If they ruin our land – smear it out with the oil — kill everybody and everything — they win and they take our land.

      THEY DRINK OUR MILKSHAKE!!!

  5. Anonymous says:

    IT’s all too true!!!

  6. Anonymous says:

    Buck FP…
    Reverse that.

    Why leave it to BP?
    Why isnt there a massive global response? It will surely have global consequence.
    Why isnt the American goverment out there overseeing the problem and helping with the effort?
    From the first day I knew this was going to be the worst thing that happened in my lifetime. I was positive this would have extremely long lasting effects, some of which wont even be known for 10-20 years. Expect everything from disease, lung problems, and cancer, to death, extinction of animals, plants, etc.

  7. Glenn Fleishman says:

    So real, it makes me cry. Can I have the world of the past, please? DDT and the threat of imminent nuclear annihilation?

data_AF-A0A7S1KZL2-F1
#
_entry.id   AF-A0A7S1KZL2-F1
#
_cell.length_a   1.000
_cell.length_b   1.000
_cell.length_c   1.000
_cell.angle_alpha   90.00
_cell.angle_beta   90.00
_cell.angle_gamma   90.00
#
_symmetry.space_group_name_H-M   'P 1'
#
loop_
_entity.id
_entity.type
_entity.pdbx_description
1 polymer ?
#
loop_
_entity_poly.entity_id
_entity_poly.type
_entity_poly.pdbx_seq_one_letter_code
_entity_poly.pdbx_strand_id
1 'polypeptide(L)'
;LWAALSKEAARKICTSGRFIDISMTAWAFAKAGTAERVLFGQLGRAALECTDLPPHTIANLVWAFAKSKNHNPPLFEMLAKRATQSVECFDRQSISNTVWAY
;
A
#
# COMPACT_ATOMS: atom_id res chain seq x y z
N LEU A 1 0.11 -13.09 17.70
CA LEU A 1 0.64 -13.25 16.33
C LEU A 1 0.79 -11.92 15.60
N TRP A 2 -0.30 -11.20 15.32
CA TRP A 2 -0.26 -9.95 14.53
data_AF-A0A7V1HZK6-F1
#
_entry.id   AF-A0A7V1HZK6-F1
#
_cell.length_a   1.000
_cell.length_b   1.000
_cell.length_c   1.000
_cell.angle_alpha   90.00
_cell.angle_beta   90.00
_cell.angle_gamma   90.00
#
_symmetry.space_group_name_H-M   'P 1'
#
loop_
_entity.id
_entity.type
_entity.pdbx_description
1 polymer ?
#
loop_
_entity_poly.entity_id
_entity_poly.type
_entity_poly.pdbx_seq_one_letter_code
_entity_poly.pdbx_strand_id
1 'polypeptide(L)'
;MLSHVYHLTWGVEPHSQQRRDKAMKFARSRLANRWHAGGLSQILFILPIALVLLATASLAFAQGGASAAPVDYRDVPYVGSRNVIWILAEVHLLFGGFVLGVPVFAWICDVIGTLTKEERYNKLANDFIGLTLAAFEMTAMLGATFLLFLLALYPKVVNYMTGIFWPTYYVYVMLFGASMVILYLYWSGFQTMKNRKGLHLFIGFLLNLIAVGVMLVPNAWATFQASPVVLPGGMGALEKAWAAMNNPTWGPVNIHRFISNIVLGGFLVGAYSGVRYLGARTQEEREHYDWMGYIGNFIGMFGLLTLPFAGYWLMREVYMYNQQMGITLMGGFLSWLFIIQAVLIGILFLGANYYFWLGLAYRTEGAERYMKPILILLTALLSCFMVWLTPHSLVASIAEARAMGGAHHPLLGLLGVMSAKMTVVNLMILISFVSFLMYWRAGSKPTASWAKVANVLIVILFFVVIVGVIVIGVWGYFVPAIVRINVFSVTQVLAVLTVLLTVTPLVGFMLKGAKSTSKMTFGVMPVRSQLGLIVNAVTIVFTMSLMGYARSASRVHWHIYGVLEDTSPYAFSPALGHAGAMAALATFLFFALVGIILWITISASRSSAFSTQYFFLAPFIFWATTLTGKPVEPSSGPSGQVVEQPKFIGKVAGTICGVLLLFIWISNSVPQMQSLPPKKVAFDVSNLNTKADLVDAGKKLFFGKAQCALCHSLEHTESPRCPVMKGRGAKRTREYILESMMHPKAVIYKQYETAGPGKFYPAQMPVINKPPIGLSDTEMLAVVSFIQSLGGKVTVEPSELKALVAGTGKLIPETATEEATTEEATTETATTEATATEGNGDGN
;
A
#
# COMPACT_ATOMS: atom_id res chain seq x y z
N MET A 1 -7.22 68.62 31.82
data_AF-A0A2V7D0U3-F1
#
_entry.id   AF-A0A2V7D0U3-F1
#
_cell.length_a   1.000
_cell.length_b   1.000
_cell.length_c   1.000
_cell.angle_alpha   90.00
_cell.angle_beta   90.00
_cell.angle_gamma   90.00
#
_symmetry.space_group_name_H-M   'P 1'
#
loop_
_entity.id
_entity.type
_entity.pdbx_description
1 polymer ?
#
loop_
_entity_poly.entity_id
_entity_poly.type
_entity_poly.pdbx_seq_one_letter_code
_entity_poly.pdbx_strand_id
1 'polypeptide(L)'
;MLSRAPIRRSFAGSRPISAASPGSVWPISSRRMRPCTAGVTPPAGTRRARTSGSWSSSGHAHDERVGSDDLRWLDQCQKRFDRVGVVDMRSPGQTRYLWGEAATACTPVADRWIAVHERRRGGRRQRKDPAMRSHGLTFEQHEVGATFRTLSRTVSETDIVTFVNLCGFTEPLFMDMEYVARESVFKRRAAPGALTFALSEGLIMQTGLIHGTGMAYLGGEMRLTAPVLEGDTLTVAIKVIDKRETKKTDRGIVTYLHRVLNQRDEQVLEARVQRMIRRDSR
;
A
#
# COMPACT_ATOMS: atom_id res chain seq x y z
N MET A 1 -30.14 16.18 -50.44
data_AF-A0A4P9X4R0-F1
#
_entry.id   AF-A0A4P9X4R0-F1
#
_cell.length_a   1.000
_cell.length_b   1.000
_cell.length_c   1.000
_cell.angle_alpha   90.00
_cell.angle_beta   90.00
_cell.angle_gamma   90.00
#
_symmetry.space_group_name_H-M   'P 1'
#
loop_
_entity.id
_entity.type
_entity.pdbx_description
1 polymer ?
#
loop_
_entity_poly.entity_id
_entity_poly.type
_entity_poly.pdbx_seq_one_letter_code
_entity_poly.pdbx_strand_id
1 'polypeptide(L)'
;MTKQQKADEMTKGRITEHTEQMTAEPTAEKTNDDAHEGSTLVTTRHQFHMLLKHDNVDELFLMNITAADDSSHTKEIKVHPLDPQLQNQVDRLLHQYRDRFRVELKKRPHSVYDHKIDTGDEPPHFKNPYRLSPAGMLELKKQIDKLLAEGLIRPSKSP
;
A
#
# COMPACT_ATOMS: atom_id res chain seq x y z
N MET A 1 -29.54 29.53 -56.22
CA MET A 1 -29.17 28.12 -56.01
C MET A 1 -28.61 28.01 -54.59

8. jamiethehutt says:

    I’d vote Space Obama.

    • benher says:

      Oh give me a break! You really believe him when he says he’s going to close Earth’s secret detention centers on the far side of the moon?

      Don’t worry, I promise I’m not one of those future-Republicans from 2010 – the N.E.O.Cons.

  9. skepticaloptimist says:

    hmmmm could it be…? Asphalt volcano http://en.wikipedia.org/wiki/Asphalt_volcano

  10. Anonymous says:

    Hilarious. Ultra-modern futuristic war against a bunch of guys who live in caves and fight with knives, rocks and tnt, indeed. And don’t forget that these cave dwellers number no more than 400, and we spend 12 billion a month to fight them.

  11. spill says:

    Ya know. If I had a time machine, I would totally spam the past with this comic.

  12. Jonathan Badger says:

    The funny thing is not only is “BP” a “futuristic” renaming of British Petroleum, before British Petroleum the company was named “Anglo-Iranian Oil” and before that “Anglo-Persian Oil”. Quite the chameleon is BP.

    • Anonymous says: